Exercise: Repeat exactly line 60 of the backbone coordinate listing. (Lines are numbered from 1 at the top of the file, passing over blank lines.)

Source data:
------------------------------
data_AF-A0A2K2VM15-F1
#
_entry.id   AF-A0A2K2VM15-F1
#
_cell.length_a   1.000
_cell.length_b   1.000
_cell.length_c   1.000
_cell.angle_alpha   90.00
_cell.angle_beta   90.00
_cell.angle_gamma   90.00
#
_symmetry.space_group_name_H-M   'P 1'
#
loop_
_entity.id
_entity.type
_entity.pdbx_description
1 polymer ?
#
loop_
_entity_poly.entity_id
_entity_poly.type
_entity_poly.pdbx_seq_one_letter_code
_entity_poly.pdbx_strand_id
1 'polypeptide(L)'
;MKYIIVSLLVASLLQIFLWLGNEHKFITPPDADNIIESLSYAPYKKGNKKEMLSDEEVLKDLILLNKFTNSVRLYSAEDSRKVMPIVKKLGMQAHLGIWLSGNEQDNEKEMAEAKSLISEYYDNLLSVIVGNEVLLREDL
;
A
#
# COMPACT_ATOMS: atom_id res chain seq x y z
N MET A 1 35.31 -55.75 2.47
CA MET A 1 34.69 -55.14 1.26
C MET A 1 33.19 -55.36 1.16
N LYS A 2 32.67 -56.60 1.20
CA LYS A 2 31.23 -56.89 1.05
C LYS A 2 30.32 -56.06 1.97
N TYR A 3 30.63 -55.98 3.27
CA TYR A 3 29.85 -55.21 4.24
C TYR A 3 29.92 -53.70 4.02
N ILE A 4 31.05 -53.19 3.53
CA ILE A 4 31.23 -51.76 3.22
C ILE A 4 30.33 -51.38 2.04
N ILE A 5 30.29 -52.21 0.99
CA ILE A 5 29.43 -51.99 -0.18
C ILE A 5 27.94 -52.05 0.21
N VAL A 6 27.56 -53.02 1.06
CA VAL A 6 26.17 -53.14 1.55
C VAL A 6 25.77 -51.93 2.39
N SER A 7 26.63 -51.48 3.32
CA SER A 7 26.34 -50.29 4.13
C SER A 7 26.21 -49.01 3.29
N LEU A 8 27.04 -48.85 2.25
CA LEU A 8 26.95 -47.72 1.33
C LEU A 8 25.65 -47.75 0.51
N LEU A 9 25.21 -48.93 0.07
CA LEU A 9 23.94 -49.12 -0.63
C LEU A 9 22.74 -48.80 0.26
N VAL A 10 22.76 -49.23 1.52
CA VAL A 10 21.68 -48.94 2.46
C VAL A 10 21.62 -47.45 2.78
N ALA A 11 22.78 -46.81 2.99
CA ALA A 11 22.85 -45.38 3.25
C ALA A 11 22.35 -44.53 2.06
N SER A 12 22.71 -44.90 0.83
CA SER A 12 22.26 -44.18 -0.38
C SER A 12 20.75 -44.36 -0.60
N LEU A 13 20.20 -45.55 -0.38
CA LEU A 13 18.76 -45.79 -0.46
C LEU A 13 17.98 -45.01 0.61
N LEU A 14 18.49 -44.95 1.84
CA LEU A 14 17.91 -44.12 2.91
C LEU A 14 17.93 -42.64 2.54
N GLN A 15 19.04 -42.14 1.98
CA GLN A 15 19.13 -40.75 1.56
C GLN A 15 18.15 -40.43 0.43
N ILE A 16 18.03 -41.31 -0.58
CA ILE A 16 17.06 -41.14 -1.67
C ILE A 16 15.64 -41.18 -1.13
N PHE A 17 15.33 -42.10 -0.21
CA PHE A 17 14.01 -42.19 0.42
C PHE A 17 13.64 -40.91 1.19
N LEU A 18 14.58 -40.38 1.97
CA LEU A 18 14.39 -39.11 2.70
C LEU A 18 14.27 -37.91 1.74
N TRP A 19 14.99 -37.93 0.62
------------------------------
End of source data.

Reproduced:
C VAL A 10 21.62 -47.45 2.78